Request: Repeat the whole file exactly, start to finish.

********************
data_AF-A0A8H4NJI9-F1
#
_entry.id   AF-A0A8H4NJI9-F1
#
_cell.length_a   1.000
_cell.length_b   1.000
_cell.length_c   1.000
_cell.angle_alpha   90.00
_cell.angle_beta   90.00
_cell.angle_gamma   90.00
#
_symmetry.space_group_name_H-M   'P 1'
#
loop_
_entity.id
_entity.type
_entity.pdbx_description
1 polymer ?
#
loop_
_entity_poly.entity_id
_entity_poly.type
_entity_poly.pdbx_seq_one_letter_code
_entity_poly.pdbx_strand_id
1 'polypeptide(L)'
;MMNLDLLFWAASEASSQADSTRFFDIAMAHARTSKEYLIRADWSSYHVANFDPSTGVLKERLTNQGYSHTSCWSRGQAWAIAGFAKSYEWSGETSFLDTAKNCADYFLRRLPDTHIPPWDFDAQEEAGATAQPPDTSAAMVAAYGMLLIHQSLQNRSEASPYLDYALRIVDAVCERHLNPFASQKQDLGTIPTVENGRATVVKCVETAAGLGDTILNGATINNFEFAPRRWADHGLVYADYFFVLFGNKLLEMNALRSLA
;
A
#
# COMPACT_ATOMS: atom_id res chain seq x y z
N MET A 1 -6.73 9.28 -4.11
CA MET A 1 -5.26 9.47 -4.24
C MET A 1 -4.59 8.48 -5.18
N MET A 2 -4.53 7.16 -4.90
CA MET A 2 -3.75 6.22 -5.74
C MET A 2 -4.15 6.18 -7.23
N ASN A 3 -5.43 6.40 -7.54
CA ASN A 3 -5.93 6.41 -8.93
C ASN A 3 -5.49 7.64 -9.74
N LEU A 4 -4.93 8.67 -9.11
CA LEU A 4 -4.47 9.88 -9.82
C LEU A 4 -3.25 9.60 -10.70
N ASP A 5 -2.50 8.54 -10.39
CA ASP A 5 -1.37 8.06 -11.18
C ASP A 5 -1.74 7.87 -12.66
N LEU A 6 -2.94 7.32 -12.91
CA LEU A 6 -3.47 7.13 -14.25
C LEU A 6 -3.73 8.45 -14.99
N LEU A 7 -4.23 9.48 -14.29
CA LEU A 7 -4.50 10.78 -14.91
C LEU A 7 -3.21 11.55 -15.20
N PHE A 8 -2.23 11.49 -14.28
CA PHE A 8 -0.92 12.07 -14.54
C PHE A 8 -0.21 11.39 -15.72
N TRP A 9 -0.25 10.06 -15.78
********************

data_AF-A0A8H4NJI9-F1
#
_entry.id   AF-A0A8H4NJI9-F1
#
_cell.length_a   1.000
_cell.length_b   1.000
_cell.length_c   1.000
_cell.angle_alpha   90.00
_cell.angle_beta   90.00
_cell.angle_gamma   90.00
#
_symmetry.space_group_name_H-M   'P 1'
#
loop_
_entity.id
_entity.type
_entity.pdbx_description
1 polymer ?
#
loop_
_entity_poly.entity_id
_entity_poly.type
_entity_poly.pdbx_seq_one_letter_code
_entity_poly.pdbx_strand_id
1 'polypeptide(L)'
;MMNLDLLFWAASEASSQADSTRFFDIAMAHARTSKEYLIRADWSSYHVANFDPSTGVLKERLTNQGYSHTSCWSRGQAWAIAGFAKSYEWSGETSFLDTAKNCADYFLRRLPDTHIPPWDFDAQEEAGATAQPPDTSAAMVAAYGMLLIHQSLQNRSEASPYLDYALRIVDAVCERHLNPFASQKQDLGTIPTVENGRATVVKCVETAAGLGDTILNGATINNFEFAPRRWADHGLVYADYFFVLFGNKLLEMNALRSLA
;
A
#
# COMPACT_ATOMS: atom_id res chain seq x y z
N MET A 1 -6.73 9.28 -4.11
CA MET A 1 -5.26 9.47 -4.24
C MET A 1 -4.59 8.48 -5.18
N MET A 2 -4.53 7.16 -4.90
CA MET A 2 -3.75 6.22 -5.74
C MET A 2 -4.15 6.18 -7.23
N ASN A 3 -5.43 6.40 -7.54
CA ASN A 3 -5.93 6.41 -8.93
C ASN A 3 -5.49 7.64 -9.74
N LEU A 4 -4.93 8.67 -9.11
CA LEU A 4 -4.47 9.88 -9.82
C LEU A 4 -3.25 9.60 -10.70
N ASP A 5 -2.50 8.54 -10.39
CA ASP A 5 -1.37 8.06 -11.18
C ASP A 5 -1.74 7.87 -12.66
N LEU A 6 -2.94 7.32 -12.91
CA LEU A 6 -3.47 7.13 -14.25
C LEU A 6 -3.73 8.45 -14.99
N LEU A 7 -4.23 9.48 -14.29
CA LEU A 7 -4.50 10.78 -14.91
C LEU A 7 -3.21 11.55 -15.20
N PHE A 8 -2.23 11.49 -14.28
CA PHE A 8 -0.92 12.07 -14.54
C PHE A 8 -0.21 11.39 -15.72
N TRP A 9 -0.25 10.06 -15.78